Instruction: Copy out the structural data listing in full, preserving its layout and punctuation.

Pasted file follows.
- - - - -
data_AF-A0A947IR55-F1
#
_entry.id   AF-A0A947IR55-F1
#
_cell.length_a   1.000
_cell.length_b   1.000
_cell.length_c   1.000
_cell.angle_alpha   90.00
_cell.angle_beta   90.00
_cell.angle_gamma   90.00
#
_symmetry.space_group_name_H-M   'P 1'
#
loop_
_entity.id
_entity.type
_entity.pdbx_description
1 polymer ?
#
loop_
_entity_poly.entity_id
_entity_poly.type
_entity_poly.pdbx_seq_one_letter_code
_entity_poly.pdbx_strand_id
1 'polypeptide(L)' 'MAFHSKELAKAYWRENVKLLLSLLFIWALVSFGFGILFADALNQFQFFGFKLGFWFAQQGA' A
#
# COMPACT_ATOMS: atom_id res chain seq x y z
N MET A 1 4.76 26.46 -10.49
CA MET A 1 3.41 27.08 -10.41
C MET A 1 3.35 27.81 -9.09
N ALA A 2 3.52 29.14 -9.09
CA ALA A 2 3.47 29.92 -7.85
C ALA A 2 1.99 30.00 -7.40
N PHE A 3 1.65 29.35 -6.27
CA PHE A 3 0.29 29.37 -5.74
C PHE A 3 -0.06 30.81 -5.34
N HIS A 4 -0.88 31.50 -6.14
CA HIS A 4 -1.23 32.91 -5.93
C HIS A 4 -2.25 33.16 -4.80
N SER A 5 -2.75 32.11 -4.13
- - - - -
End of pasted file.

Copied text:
data_AF-A0A947IR55-F1
#
_entry.id   AF-A0A947IR55-F1
#
_cell.length_a   1.000
_cell.length_b   1.000
_cell.length_c   1.000
_cell.angle_alpha   90.00
_cell.angle_beta   90.00
_cell.angle_gamma   90.00
#
_symmetry.space_group_name_H-M   'P 1'
#
loop_
_entity.id
_entity.type
_entity.pdbx_description
1 polymer ?
#
loop_
_entity_poly.entity_id
_entity_poly.type
_entity_poly.pdbx_seq_one_letter_code
_entity_poly.pdbx_strand_id
1 'polypeptide(L)' 'MAFHSKELAKAYWRENVKLLLSLLFIWALVSFGFGILFADALNQFQFFGFKLGFWFAQQGA' A
#
# COMPACT_ATOMS: atom_id res chain seq x y z
N MET A 1 4.76 26.46 -10.49
CA MET A 1 3.41 27.08 -10.41
C MET A 1 3.35 27.81 -9.09
N ALA A 2 3.52 29.14 -9.09
CA ALA A 2 3.47 29.92 -7.85
C ALA A 2 1.99 30.00 -7.40
N PHE A 3 1.65 29.35 -6.27
CA PHE A 3 0.29 29.37 -5.74
C PHE A 3 -0.06 30.81 -5.34
N HIS A 4 -0.88 31.50 -6.14
CA HIS A 4 -1.23 32.91 -5.93
C HIS A 4 -2.25 33.16 -4.80
N SER A 5 -2.75 32.11 -4.13